Strangely enough, the picture accompanying the post was that of a Singapore Chinese girl(posted here) in the role of a 'Singapore Girl'. It's quite ironic that the article questions after how the employment of Thai girls would compromise the 'Singapore Girl' identity without noticing that the accompanying picture narrows the said identity to include only the Chinese. a2ed’s response at the aforementioned site (elaborated slightly for clarity),
"Well, just give them citizenship then. That would make them a 'Singapore girl' wouldn't it.
And don't forget all you fellas, if you aren't malay, your ancestors were India and China girls. So try and 'fold time and space' in your minds and cut this xenophobic and typically confucian approach toward multicultural reality. Don't understand it, ignore it? Not good for perspectival/creative/intellectual development mate.
Oh, btw, i don't see how the above picture illustrates 'Singapore Girl'. Seems like a 'Chinese girl' to me. Given the way singapore has been constantly associated with the chinese, i have to wonder if 'Singapore Girl' tends to generally mean 'Chinese girl'. So if you want to talk about Thai girls not 'being local', then you better ask to what degree non-Chinese local girls are being represented in the media, the above picture, and how the Chinese generally keep quiet when they and what is deemed by the top to be 'their culture and language' is given preference over others. Hence, it is not surprising that the writer, Alicia Wong, or any of the commentators, did not notice this. In this we see that both the advantaged and disadvantaged are well-accustomed to their 'rightful' positions in 'multicultural' singapore.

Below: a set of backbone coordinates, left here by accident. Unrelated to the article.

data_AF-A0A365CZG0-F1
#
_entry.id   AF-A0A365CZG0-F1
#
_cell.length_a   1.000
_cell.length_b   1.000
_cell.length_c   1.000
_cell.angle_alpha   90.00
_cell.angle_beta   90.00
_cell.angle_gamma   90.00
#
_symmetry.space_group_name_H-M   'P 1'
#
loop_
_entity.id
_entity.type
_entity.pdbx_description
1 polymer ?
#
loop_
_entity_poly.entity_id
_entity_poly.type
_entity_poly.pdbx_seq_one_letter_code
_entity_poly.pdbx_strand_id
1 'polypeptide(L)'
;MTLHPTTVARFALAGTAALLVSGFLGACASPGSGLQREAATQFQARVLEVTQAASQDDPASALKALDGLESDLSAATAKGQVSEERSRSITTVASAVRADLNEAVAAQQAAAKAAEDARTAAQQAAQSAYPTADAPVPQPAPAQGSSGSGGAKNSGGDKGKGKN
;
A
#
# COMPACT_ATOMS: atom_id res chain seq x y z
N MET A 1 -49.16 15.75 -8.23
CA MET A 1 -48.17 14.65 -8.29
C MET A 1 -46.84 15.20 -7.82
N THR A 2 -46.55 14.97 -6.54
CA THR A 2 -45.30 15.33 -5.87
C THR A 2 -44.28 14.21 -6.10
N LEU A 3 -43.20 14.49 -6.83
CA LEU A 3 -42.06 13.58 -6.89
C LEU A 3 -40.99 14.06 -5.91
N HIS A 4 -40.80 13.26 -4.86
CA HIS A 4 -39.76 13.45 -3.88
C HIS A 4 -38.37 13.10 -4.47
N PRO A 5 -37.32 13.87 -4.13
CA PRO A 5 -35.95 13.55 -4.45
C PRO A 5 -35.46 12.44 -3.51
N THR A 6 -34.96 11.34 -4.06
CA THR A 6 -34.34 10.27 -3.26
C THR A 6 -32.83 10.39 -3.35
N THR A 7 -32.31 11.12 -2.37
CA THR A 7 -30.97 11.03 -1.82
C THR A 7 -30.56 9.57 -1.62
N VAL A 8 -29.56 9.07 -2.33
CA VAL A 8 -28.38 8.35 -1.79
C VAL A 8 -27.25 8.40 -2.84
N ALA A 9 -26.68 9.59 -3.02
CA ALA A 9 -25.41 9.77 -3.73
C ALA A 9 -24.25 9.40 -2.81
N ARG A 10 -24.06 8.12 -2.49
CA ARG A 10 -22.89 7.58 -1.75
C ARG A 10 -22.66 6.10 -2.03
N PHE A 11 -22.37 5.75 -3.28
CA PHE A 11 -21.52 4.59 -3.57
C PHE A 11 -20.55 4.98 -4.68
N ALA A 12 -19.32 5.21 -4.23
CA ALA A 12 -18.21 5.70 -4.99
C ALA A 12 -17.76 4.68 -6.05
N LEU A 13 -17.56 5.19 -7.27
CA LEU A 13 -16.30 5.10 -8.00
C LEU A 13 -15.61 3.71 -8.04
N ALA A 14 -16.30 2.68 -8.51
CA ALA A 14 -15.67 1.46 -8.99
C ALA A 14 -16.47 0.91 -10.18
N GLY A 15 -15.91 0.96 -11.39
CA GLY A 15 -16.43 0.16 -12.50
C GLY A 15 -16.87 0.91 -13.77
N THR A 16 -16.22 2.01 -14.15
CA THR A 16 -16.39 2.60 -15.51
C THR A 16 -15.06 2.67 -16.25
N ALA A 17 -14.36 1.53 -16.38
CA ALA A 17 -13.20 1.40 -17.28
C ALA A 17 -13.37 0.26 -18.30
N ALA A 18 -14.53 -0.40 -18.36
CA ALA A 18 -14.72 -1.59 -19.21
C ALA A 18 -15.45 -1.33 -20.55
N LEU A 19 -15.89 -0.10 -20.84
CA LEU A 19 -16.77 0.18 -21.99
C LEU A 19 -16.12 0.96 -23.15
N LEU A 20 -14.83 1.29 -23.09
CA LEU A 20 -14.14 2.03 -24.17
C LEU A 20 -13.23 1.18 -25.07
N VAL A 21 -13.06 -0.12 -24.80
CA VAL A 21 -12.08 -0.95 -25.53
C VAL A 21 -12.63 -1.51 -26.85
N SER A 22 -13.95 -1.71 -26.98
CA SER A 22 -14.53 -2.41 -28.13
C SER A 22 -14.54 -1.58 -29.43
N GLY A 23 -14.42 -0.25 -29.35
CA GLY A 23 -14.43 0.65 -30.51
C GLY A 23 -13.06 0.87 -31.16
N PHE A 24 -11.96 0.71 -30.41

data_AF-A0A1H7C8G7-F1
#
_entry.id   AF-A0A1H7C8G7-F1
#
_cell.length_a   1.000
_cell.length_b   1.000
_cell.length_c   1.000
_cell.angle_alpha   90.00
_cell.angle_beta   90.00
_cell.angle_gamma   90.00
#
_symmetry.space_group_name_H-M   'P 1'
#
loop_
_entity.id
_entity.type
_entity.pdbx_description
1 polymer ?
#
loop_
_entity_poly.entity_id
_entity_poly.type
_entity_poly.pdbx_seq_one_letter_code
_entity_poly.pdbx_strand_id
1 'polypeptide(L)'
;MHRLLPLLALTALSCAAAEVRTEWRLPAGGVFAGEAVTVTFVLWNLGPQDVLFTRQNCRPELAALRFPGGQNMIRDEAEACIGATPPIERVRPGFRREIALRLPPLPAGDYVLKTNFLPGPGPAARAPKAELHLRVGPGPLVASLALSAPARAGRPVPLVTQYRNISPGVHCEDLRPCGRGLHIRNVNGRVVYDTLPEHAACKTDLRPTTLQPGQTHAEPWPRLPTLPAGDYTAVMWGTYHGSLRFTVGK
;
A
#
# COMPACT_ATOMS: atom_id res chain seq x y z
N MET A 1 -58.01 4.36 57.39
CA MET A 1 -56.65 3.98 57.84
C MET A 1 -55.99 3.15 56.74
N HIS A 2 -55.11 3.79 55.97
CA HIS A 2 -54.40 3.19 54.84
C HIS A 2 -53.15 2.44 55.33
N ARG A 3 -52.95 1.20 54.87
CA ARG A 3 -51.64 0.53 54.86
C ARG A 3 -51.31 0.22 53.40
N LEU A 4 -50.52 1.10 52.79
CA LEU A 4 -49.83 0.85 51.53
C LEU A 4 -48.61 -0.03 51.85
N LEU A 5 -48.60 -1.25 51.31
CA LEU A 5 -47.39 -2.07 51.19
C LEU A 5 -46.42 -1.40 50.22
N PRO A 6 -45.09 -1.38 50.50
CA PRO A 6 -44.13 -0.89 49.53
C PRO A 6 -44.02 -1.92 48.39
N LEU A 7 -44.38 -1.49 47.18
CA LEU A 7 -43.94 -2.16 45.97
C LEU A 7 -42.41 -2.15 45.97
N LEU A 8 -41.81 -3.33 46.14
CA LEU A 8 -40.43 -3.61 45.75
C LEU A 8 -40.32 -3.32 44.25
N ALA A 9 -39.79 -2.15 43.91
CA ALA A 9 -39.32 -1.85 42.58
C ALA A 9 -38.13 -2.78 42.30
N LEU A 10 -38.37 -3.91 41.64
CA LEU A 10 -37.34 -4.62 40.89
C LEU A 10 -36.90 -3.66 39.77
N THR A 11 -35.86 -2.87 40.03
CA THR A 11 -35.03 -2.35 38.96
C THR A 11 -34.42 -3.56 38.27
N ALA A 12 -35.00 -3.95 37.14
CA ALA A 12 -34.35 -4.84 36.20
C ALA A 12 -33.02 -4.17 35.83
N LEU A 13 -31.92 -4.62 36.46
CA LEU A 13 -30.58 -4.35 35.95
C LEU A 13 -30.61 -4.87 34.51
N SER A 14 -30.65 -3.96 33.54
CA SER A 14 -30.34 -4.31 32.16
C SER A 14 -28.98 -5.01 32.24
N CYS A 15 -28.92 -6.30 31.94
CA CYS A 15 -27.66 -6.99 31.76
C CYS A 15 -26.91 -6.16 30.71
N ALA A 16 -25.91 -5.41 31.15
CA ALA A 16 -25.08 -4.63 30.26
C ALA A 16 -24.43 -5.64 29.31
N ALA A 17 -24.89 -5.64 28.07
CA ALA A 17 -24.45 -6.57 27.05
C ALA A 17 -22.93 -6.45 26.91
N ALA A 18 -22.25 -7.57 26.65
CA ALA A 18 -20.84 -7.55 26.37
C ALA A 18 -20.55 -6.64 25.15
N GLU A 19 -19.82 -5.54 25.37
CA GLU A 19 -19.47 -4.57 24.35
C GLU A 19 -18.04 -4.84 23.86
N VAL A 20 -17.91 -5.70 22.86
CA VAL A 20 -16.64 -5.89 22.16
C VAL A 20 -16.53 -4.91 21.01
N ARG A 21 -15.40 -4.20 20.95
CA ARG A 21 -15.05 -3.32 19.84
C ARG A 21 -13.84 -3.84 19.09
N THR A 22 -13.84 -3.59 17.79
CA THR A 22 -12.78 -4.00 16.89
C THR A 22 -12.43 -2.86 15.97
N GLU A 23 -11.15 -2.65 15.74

If you think about it, a people well-trained to be bigots will tend to naturally move on to xenophobia."
...and produce articles such as the aforementioned, or neo-nazi sites such as Temasek Review, and the host of supporters they have.
Anyway, to solve this 'problem', ed suggests that the 'Singapore Girl' simply be rebranded as 'Singapore Airlines Girls' (and try to remember that they are just waitresses and there's no reason to elevate them to a status which is no different from their grounded counterparts. I dare say that the 'ah so'('old chinese lady/auntie) who serves tea at the neighbourhood coffeeshop is more representative of the spirit of an unfortunately singapore-past). Why take the whole thing so personally, it's not that you get charged less for flights because you are a 'singaporean', or get better treatment because you are a local right.
article source: Fit to post